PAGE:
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    nocturnalmama's Avatar
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    HIIT questions...

    So... in the thread about women's experiences with PB and fat loss, some kind soul linked some BBS information - I quite enjoyed reading through and watching some of the exercises.

    I know I'd have a tough time with the BBS protocol just looking at the videos - I found the workout moved pretty slowly, and tbh seemed a bit on the dull side.

    So... this article:

    “BODY BY SCIENCE” — ESPECIALLY FOR WOMEN

    talks about using glycogen stores, and that high intensity exercise is what is needed to use them... so to mobilize fat, you have to deplete glycogen stores with your exercise....

    I'm curious how one would be able to gauge if a workout does this or not. What would be a marker of intensity? obviously working to failure is a good sign, but what if you don't work to failure... say... in a fitness class but you work VERY VERY hard?

    The BBS protocol suggests doing this once a week??? (I haven't read the book, I've just watched the videos and read a bit on the forums here and on the site) Do you agree with this?

    I guess what I'm suggesting (and this was brought up in the other thread) is that there must be other ways to produce the same effect which is emptying glycogen stores.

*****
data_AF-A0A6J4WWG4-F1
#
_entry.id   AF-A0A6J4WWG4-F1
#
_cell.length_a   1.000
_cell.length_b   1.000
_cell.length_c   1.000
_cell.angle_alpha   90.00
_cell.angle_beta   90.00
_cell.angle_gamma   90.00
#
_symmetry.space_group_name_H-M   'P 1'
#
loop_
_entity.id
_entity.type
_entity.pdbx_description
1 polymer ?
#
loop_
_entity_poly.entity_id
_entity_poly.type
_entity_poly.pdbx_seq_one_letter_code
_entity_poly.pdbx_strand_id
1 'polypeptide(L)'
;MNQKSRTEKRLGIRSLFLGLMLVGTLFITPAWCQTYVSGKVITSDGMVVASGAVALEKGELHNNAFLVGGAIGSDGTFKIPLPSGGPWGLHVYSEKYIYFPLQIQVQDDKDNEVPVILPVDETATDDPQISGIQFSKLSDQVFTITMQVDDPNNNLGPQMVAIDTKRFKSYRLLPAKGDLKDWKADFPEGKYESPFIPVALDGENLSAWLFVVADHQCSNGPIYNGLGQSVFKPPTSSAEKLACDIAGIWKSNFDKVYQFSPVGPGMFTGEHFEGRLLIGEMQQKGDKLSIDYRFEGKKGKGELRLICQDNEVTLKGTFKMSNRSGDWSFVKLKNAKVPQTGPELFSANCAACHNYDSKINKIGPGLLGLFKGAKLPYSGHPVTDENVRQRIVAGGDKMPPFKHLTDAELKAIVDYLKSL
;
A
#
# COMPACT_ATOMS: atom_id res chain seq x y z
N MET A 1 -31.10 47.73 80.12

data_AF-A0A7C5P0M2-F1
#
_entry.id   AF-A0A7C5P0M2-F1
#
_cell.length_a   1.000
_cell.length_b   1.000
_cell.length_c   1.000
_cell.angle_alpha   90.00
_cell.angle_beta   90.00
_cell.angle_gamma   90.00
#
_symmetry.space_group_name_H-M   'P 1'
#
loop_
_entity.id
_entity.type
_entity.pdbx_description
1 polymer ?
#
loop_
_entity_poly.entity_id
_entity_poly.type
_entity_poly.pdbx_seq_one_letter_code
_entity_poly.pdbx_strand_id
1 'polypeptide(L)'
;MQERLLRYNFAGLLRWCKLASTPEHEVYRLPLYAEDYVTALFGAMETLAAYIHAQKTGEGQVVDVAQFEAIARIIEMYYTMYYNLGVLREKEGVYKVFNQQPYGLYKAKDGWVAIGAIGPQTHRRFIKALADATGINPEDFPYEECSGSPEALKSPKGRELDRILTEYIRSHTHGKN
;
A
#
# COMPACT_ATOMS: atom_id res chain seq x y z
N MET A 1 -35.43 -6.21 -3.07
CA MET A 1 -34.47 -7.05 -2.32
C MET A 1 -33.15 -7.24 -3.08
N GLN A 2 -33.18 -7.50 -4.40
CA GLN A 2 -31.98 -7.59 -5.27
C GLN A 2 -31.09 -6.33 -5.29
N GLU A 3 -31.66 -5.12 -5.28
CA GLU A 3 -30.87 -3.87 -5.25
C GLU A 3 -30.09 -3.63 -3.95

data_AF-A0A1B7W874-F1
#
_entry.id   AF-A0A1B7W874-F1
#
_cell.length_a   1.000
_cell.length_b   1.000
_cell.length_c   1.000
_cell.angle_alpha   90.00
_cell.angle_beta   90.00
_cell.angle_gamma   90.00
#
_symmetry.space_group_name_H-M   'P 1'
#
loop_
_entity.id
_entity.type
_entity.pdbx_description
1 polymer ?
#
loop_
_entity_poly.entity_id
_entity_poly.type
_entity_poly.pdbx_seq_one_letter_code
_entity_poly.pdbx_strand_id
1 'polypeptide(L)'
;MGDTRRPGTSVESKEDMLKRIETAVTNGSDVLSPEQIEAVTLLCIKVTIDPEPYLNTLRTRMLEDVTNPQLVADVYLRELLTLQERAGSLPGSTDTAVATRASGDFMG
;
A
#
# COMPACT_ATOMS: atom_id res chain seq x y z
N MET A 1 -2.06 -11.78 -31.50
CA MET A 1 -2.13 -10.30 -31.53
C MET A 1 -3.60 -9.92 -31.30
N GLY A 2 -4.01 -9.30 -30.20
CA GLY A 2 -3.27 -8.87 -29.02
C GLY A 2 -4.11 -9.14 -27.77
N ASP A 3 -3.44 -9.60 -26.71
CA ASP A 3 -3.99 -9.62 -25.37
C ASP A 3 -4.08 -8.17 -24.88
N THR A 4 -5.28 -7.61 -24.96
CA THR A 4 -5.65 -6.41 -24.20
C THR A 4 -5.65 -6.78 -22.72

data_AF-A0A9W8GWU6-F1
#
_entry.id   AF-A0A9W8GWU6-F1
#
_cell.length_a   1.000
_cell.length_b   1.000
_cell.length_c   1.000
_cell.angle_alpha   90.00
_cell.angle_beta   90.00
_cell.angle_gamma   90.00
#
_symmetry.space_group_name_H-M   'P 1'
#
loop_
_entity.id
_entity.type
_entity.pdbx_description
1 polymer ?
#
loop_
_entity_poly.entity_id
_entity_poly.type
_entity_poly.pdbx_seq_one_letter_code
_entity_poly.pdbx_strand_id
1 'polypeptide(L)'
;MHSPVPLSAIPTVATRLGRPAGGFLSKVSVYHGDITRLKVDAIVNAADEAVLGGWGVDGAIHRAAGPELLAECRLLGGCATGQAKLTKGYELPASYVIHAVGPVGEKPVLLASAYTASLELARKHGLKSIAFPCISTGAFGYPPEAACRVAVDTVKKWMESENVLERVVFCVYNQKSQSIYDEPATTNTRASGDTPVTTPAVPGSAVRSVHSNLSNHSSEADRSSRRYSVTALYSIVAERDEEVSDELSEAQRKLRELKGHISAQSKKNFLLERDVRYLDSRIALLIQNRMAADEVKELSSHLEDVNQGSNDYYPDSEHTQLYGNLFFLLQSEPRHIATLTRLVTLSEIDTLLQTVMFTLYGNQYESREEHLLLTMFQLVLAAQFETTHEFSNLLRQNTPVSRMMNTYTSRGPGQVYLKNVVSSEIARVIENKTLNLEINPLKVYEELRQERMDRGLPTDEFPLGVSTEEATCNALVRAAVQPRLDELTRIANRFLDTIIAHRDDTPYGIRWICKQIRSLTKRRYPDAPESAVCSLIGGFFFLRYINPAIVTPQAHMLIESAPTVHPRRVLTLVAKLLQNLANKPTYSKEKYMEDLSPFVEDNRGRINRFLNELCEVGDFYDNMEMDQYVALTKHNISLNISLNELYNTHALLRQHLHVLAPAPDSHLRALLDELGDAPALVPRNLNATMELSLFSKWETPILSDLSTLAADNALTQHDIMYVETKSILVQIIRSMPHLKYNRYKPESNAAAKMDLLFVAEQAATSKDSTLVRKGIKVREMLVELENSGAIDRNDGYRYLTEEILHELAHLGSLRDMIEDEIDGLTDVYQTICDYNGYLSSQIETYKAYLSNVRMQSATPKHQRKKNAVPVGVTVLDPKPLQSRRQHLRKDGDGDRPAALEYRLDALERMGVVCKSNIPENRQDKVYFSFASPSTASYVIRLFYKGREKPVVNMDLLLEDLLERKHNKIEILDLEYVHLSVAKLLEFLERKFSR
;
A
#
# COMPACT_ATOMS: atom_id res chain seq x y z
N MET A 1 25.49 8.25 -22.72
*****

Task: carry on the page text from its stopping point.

Also.. the role of LLC? I thought LLC was intended to be "fat burning".... I do find it helps with fat loss a great deal, if my diet is dialed in. Thoughts??
    Robin
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    Abu Reena's Avatar
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    misleading title. You mean HIT. HIIT is high intensity interval training. BBS is about so-called "high intensity training" that is, moving so slowly it's like watching paint dry.

    HIIT is fun, although I often want to puke after. HIT I avoid.

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    nocturnalmama's Avatar
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    Actually... I guess yes and no.

    I mean doing HIIT in place of BBS and curious if the desired outcome would be the same? Does that make sense?

    I can't do HIT... boring. But, I love HIIT... but I also see the value in the science behind the BBS protocol. The article I linked seems to imply that any exercise modality that is high intensity would accomplish the same effect.

    Perhaps I'm misunderstanding - but, there has got to be more than one way to approach this scientific method, correct? (of course, this is also part of why I'm asking)
    Robin
    ~primal mama to 3~

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    Abu Reena's Avatar
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    Ah, got it.

    Here's the thing: HIIT is fun. It's also primal. Sprinting is a form of HIIT. I'd do it, at least once a week. If you're not going all out as in sprinting, you can do HIIT once or twice a week. An all out effort should prbably be done only once a week. HIIT will make you lose fat, if your diet is dialed in correctly. It's fun as long as you don't puke. Puking is bad.